There is a Peruvian restaurant in Seville, Spain that has surprisingly become one of my favorite places: La Dama Juana. It is a small, family owned restaurant that brakes all the rules of dinning out. It is the kind of place were you seat yourself, help yourself to the adjacent table’s unused menus, and walk yourself to the bar if you want to speak to the waiter. The furnishings inside are the remnants of the previous restaurant, so have nothing to do with Peruvian anything.
The terrace is more like someone’s backyard; someone who did not have the time to tidy up. Chairs and tables do not match neither do any of the cutlery or plates. I’m not talking about the intentional, too-cool-for-school hipster way many trendy cafes are doing. I’m talking about my fork is different from everyone else’s because they ran out of that design. Nothing matches because a total of zero euros was spent on decor. On the walls in the backyard hang old tires filled with dirt and plants. A kid’s bike and pool could be seen peeking through a tarp in the distance.
Usually it takes the waiter/bartender/kitchen helper 10 minutes to come to our table and give us menus. But by then we have already scavenged them from other tables. Drink orders are taken, sometimes forgotten and taken again a few minutes later. Sometimes your bartender is also your waiter. Sometimes the kitchen staff comes out and serves you. But my all-time favorite is when the restaurant is extremely busy and simultaneously extremely understaffed, the waiter calls your name on the speaks to pick up your order. The real questions is why they have a sound system if the restaurant is tiny, but I guess one must take advantage of what is present.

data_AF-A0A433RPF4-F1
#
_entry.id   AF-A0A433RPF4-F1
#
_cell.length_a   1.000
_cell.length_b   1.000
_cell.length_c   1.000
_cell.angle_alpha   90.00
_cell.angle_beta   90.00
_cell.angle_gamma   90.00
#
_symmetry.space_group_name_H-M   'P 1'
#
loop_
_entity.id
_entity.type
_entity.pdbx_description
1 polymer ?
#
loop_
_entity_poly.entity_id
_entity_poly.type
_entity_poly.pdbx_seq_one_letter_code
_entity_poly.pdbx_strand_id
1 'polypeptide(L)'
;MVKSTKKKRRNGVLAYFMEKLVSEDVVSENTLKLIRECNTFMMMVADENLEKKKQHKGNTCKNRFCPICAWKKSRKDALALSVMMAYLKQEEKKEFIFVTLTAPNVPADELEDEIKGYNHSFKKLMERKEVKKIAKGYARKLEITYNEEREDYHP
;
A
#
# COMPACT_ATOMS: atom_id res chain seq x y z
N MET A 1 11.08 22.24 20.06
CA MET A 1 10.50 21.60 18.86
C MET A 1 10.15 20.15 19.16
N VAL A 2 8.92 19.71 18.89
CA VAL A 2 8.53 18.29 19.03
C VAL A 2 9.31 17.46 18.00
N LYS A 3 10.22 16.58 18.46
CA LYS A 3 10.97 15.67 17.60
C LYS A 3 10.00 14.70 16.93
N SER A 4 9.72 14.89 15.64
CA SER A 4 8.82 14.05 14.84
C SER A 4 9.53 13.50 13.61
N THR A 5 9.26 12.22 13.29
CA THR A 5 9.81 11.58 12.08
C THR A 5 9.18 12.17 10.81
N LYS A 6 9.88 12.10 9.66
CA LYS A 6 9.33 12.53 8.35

Sometimes your Causa is plated on a round flat plate with a lot of decorations, sometimes it comes out in a rectangular plate with minimal decoration. Sometimes your fried chicken platter has 3 pieces, sometimes it’s 4. When its time to pay and the waiter is nowhere to be found, he can be located at the bar watching a soccer game with the kitchen staff. This restaurant might not pay much attention to details, and doesn’t seem to be aiming for a Michelin star when it comes to service, but the food is really good. It tastes like a Peruvian grandmother made it for her grandchildren, and for a brief moment you are one of them.
Typically this would be a nasty entry in Yelp or TripAdvisor with a low star rating. But I am here to say that we need more family owned restaurants that make up the rules as they go along. By letting go a little of the strict rules we have and simply focussing on the food, we might have better food experiences.
Who says your chef can’t cook you the meal and serve it to you one day and have you come to the bar to pick it up another day? Who says the restaurant staff can’t hang out to watch a game on TV? Who says that your dining experience can take 20 minutes or 2 hours, depending on the day? Ok I admit you can’t go there if you are in a hurry or expecting a certain dish because they unapologetically run out of random things at random times. But the uncertainty is what makes it exciting and fun. It is like playing restaurant lottery, sometimes you are a big winner. Supporting these type of establishments gives a chance to a family that has delicious recipes but little restaurant management knowledge. I give Dama Juana five stars and three thumbs up.
La Dama Juana does not have a website (of course they don’t) so here is the address